Roland VR-5 A/V Mixer and Recorder Review

Sep 1, 2011 9:00 AM, By Brandon Hickey



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The back of the unit is packed with a variety of I/O and a V-Link connection to other Roland gear.

The back of the unit is packed with a variety of I/O and a V-Link connection to other Roland gear.

The video mixer features advanced functions like compositing and even a built-in chrominance or luminance keying section. With the compositing function, two sources can share the screen in a variety of ways. For one, a split-screen option allowed the screen to be divided in half, showing a different source on each half. The split could take place vertically or horizontally, with a variety of stretching or cropping options selectable through menus. Another picture-in-picture style of compositing offered a good amount of size and positioning options. With the chroma-keying, green or blue backgrounds could be selectively extracted, and with the luma-keying, either black or white backgrounds could be removed. These effects could be applied to either the video signal arriving at the PC input, video or graphics off of the SD Card, or the “user logo” stored in the system’s onboard memory. This was very useful as I was able to make a series of title slides in Apple Keynote and superimpose them on top of the video backgrounds during production.

With so much going on, I found it helpful to have a connected external video monitor showing the live program output. While the small onboard screen is a blessing, it’s very hard to accurately gauge what you are putting out while viewing the 2-inch display. Also, the boundaries of the onboard display seemed to fall short of the actual program output. The small screen for previewing the four selectable sources, however, seemed sufficient to judge whether a camera was ready to go live. It could also be taken over by a “PC Preview”; in other words, displaying the graphics being outputted by the connected laptop. One disappointment regarding this feature was the inability to preview the chroma- or luma-keying functions. If the gain control on the keying circuit is not set just right, cheesy artifacts result. Not being able to double-check the keyed version of the graphics before going live was nerve-wracking.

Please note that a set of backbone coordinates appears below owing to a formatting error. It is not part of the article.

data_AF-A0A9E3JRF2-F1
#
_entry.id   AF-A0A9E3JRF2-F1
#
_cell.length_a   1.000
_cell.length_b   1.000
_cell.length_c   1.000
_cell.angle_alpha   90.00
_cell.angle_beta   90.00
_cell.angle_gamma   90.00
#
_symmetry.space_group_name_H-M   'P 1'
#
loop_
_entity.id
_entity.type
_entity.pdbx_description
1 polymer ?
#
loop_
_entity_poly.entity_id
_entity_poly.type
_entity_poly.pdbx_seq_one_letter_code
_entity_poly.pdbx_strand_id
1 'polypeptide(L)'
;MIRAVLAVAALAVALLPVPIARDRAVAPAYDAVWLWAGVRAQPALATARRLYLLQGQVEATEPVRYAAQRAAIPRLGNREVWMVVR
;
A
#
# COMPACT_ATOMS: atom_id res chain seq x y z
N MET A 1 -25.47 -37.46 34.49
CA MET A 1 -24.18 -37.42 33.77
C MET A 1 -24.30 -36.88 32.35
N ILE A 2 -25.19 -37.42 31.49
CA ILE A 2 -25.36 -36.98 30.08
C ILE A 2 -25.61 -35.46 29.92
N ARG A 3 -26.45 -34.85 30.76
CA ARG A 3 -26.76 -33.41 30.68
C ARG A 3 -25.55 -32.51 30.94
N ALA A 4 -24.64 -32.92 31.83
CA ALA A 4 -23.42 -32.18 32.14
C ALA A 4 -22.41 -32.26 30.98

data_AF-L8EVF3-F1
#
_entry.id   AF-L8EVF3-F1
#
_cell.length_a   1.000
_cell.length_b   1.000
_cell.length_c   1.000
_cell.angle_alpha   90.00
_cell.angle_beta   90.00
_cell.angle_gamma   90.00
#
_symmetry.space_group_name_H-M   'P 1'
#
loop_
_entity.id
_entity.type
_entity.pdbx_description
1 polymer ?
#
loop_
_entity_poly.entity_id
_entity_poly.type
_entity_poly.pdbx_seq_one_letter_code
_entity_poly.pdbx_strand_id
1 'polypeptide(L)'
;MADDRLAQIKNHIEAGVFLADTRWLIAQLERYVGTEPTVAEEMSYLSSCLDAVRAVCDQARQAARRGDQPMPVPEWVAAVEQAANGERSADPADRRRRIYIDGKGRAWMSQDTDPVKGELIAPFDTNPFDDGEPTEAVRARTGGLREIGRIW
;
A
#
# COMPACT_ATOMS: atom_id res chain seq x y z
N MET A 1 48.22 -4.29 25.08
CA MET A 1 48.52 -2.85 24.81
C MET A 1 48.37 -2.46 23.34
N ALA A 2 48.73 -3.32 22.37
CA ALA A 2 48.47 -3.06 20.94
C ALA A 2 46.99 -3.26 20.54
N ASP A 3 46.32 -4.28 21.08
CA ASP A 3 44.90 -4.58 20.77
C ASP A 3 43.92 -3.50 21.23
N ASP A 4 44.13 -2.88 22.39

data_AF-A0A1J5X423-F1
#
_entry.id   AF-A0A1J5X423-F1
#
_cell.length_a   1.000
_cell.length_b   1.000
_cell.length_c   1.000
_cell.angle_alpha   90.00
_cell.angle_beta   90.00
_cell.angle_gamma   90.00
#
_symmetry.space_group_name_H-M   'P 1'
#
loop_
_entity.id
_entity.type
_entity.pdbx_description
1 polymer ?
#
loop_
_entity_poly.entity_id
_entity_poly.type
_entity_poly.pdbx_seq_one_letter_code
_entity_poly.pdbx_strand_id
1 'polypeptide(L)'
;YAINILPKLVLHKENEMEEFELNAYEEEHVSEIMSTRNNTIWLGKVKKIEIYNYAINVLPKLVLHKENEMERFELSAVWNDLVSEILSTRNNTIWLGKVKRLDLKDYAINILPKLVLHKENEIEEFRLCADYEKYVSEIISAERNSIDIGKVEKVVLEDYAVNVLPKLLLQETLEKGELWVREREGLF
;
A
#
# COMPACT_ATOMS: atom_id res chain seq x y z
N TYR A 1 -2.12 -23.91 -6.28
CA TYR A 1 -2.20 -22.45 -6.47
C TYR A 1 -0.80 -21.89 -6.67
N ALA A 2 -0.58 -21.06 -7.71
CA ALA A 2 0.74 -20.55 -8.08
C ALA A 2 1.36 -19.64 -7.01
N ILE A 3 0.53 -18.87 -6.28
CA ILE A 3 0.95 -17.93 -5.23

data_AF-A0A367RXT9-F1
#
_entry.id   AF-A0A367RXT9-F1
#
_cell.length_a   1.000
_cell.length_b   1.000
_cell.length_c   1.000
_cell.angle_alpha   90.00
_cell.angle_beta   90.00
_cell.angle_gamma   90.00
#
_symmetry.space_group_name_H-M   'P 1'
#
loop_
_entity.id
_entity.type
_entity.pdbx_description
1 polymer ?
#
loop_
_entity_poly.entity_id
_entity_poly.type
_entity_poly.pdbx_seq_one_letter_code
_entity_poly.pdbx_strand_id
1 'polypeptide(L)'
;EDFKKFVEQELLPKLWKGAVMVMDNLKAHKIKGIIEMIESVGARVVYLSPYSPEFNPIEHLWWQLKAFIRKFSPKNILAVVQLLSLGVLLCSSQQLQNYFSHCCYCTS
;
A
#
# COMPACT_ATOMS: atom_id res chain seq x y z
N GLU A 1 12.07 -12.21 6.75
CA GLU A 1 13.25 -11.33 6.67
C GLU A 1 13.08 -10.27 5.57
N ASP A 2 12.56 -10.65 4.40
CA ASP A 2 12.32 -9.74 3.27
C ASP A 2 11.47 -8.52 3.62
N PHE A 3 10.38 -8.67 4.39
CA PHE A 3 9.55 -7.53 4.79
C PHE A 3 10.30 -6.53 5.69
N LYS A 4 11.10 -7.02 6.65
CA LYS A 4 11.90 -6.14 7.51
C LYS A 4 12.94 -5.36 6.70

I was impressed with the VR-5’s sound quality. The integrated mixer was clean and didn’t seem to impart noticeable noise or coloration. The mic preamps were similarly clean and transparent. Simple dynamics processing is offered across each input, including a highpass filter, high-frequency EQ and low-frequency EQ, each at preset frequencies unlisted in the manual. The highpass filter was helpful for removing handling noise and AC rumble, and I would guess its drop-off point to be near 120 Hz. The onboard noise gate on each channel was also useful. It was a simple more-or-less control with a range of 0 to 127. For speech, whether through a lavalier mic, handheld or stand-mounted dynamic mic, the preset attack and release were well-thought-out. They certainly served to remove unwanted background noise without being noticeable. I believe there is also an undocumented brickwall output limiter across the output of each mic pre, as well. Loud spikes due to laughter or movement sounded compressed rather than outwardly distorting.

In addition to the input channel processing, the main mix offers a number of dynamics processes. Noise suppression, harmonic enhancement and 2-band frequency-based compression allow you to put some finishing touches on the mix before leaving the box. It was clear that these processors are targeted toward easy operation for video-centric users without cutting corners on sonic quality.

There is no question that this unit is fun to use. I felt very comfortable in an area where my foundations were shaky. The VR-5 made the technical side of things user-friendly, allowing me to focus on the creative vision rather than the execution. For the most part, the interface and layout of controls were clear and ergonomic, providing easy access to key features.

The overall quality of sound and picture are absolutely on par with the intended use, which I believe to be readying materials for online use. While the compressed video and sound, as stored on the SD card, did not hold up that well on a full-sized TV, the live, uncompressed output was certainly of sufficient quality to step beyond the Web.

As engineers, we’re always looking to add marketable new skills to our bag of tricks, and I could see this helping many people in a variety of ways. Studios, engineers, front-of-house mixers, educators, houses of worship and A/V pros should consider this a strong way to extend their “brand” in our Web-centric world. Any opportunity to create exciting, up-to-the-minute, Web-ready content should be welcome, and this little unit is certainly opening the doors.

Brandon Hickey is an audio engineer, film sound professional and educator.

Click on the Product Summary box above to view the Roland VR-5 product page.

Click on the Product Summary box above to view the Roland VR-5 product page.

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